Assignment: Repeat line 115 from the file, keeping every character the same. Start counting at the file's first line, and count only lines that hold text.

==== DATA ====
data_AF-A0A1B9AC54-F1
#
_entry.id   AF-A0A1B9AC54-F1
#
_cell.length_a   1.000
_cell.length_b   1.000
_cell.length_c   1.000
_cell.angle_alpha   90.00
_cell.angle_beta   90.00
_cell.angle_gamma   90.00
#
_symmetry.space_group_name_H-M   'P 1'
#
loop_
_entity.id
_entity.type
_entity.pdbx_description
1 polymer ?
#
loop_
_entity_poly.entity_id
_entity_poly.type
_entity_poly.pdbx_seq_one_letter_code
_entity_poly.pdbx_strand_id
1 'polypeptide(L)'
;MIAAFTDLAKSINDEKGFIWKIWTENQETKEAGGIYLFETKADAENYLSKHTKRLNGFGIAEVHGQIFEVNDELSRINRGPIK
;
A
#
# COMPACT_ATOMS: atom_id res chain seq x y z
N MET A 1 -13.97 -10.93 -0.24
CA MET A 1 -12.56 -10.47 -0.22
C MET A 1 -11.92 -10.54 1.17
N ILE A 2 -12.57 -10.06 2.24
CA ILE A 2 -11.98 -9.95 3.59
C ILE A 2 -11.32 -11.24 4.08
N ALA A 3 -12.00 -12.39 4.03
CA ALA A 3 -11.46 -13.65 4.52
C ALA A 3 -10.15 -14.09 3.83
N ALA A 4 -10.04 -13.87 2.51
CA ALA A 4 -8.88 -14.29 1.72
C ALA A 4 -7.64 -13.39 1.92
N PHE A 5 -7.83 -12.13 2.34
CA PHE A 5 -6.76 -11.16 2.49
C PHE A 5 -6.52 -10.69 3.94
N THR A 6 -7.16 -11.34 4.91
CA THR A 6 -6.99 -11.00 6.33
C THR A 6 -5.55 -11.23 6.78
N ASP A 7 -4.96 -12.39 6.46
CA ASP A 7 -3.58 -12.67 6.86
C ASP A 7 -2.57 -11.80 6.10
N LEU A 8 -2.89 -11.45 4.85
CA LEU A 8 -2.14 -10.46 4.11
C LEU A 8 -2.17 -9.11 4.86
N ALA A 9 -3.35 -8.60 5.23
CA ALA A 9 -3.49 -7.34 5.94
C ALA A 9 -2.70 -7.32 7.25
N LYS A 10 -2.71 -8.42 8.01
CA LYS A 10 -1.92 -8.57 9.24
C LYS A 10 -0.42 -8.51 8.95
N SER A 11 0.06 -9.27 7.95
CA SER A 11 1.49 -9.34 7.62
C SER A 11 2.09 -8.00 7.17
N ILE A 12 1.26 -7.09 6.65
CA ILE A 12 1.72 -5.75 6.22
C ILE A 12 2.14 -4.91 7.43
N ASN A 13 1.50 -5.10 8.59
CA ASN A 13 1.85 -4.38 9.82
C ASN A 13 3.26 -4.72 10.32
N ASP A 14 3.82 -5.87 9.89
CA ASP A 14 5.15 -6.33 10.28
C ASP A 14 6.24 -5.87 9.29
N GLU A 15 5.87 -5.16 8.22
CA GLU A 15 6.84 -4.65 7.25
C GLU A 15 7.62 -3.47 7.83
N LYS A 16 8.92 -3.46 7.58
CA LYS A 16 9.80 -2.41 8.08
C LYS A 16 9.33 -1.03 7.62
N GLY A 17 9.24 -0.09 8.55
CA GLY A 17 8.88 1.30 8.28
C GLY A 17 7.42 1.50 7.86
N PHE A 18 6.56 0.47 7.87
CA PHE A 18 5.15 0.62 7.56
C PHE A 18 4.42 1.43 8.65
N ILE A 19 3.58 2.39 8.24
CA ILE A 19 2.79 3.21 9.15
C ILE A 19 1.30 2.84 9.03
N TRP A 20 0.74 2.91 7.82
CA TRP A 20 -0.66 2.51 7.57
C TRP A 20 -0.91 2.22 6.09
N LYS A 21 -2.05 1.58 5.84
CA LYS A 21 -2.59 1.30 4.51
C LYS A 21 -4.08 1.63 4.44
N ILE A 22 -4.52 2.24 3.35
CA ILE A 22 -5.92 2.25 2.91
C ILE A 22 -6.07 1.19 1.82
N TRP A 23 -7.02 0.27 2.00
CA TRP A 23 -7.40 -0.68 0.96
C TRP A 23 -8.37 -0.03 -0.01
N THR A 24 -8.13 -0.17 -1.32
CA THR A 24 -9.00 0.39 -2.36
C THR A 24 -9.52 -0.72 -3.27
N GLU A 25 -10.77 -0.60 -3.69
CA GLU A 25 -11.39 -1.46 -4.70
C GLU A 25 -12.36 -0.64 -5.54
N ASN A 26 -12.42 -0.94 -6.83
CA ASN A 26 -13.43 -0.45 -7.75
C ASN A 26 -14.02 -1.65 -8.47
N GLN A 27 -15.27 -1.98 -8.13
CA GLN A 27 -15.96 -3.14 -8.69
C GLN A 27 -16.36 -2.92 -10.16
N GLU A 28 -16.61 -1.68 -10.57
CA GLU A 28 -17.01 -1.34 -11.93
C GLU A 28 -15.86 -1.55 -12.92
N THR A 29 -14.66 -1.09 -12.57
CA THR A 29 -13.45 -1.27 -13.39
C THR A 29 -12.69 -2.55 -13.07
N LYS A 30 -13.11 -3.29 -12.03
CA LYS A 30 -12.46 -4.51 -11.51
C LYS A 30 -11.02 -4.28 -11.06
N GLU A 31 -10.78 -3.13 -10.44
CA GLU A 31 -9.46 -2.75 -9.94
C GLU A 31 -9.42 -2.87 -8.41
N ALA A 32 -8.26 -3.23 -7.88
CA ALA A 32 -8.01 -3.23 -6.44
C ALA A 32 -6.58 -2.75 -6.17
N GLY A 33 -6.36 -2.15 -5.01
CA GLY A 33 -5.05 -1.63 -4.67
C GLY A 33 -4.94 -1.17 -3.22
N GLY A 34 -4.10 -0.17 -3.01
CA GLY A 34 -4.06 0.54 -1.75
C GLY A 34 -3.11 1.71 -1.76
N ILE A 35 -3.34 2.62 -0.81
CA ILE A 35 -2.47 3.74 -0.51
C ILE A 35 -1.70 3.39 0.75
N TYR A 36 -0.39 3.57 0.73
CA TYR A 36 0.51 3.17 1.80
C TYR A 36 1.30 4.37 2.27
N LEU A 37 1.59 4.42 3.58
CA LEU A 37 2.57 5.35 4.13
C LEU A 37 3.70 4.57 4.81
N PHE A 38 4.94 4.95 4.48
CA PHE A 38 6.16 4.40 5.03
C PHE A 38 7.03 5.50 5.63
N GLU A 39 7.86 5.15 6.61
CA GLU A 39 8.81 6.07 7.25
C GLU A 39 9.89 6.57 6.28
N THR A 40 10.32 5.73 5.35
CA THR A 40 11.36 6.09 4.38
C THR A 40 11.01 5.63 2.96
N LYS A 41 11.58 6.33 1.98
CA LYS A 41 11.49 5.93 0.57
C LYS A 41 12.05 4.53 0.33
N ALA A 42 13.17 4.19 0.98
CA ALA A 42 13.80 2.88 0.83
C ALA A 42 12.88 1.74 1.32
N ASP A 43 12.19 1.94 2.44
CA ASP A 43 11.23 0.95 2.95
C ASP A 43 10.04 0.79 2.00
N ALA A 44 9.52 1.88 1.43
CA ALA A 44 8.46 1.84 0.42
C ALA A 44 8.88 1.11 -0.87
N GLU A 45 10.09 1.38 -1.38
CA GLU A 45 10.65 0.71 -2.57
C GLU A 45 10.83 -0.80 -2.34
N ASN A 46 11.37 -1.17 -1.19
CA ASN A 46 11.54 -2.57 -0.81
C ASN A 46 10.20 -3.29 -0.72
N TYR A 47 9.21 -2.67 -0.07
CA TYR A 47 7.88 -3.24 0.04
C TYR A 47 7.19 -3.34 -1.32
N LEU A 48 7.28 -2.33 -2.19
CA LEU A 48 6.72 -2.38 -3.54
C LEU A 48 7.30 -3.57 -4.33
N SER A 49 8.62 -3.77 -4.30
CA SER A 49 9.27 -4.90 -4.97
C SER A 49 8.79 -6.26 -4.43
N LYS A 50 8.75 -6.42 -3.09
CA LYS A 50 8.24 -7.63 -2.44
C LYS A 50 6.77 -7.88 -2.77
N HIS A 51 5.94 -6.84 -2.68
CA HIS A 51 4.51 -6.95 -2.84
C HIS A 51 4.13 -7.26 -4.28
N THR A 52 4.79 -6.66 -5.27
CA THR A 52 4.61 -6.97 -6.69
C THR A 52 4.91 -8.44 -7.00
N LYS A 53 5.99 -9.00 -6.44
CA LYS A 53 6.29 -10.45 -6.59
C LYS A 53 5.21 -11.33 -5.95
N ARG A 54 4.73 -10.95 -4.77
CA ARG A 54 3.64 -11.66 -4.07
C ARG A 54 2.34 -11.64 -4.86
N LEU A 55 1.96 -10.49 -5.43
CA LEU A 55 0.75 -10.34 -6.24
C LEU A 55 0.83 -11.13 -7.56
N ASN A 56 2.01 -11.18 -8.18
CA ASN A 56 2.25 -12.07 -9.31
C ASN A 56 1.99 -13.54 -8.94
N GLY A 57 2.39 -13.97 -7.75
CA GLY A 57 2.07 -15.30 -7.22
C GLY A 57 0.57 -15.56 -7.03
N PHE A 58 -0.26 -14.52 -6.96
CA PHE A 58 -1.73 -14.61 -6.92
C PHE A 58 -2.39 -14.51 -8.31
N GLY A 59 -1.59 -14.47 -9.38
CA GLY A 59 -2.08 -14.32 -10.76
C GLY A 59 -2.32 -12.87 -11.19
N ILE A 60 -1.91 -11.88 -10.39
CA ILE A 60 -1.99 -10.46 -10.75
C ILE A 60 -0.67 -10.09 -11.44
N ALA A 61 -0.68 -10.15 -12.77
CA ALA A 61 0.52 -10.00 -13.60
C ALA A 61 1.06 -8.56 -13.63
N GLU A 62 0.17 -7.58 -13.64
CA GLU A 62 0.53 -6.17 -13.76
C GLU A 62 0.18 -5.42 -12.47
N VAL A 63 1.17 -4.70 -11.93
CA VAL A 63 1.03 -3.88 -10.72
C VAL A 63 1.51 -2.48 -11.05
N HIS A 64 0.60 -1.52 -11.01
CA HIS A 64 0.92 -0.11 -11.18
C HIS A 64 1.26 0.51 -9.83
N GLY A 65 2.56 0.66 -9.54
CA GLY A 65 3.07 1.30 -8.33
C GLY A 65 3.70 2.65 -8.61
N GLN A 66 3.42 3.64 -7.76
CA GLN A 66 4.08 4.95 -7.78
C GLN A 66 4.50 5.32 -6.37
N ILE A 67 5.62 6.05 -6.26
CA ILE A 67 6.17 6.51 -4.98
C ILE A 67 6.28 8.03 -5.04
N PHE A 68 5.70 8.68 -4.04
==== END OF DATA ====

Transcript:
N THR A 29 -14.66 -1.09 -12.57